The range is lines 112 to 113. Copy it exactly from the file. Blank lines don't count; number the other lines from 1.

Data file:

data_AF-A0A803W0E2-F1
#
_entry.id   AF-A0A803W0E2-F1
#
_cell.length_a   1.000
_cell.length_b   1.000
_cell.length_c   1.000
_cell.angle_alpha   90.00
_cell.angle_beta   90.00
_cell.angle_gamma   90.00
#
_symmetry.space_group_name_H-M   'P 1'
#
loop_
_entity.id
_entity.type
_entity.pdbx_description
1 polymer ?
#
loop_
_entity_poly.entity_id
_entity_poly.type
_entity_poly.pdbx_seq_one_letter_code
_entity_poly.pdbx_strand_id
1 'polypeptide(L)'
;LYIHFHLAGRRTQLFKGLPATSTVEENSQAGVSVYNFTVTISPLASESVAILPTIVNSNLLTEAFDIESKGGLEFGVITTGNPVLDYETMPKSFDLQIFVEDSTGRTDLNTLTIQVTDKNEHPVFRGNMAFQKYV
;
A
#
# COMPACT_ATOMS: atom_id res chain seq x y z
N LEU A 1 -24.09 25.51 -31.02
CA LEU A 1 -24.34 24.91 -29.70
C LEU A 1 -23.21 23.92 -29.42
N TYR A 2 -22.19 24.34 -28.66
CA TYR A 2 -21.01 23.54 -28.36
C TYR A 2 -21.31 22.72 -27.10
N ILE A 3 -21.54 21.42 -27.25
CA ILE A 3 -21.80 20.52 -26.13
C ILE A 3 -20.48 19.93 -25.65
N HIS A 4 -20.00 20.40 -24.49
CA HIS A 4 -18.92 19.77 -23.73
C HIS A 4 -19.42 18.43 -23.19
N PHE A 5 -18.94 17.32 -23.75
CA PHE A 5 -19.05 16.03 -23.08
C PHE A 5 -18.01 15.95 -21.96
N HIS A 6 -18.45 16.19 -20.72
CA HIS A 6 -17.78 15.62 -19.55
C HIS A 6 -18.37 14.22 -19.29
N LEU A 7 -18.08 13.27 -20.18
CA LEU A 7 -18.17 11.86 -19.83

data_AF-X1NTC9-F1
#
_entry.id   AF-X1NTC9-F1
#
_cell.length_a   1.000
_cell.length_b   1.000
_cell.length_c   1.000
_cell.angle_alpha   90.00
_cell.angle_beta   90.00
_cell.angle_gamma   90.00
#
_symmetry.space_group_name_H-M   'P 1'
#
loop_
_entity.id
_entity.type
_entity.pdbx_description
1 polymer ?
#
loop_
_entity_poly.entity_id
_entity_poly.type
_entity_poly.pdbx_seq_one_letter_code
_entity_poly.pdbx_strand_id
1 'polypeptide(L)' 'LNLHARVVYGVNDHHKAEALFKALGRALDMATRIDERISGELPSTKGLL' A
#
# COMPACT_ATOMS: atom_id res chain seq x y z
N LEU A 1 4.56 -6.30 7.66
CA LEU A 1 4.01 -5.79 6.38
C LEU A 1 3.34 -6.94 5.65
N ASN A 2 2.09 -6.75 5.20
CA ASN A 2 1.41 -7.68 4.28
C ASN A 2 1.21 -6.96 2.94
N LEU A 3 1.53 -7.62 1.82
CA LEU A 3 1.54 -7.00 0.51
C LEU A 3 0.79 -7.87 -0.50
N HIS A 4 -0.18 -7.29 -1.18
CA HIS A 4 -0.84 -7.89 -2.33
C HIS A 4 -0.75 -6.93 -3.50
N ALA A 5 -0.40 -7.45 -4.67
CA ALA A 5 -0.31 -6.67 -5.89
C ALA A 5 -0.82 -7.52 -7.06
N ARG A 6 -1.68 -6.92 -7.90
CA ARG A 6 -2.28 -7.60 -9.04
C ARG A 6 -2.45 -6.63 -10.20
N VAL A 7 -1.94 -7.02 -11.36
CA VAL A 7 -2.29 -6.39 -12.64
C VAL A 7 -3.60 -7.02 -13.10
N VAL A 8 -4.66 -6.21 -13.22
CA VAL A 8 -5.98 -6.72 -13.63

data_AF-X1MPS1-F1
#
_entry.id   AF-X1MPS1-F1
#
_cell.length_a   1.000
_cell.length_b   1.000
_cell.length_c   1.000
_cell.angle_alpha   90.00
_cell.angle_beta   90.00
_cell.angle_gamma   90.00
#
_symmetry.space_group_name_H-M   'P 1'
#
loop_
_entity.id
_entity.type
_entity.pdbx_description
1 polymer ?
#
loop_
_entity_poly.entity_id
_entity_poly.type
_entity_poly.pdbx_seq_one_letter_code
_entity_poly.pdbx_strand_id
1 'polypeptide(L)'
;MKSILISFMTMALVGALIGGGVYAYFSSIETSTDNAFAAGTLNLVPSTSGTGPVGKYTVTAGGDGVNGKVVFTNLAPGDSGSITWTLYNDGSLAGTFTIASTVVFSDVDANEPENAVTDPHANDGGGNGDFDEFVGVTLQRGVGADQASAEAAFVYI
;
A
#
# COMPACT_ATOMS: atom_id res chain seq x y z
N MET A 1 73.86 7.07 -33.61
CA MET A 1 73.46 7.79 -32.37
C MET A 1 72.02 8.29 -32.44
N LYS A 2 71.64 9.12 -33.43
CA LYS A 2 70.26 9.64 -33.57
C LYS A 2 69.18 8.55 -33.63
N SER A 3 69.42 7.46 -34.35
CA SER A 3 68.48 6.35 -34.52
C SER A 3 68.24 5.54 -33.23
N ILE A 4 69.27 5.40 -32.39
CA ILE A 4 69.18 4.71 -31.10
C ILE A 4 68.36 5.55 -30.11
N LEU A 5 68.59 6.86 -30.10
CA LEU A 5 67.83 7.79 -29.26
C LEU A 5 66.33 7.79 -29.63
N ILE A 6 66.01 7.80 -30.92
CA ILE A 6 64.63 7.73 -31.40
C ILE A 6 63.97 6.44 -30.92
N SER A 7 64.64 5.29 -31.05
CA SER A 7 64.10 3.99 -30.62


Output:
_symmetry.space_group_name_H-M   'P 1'
#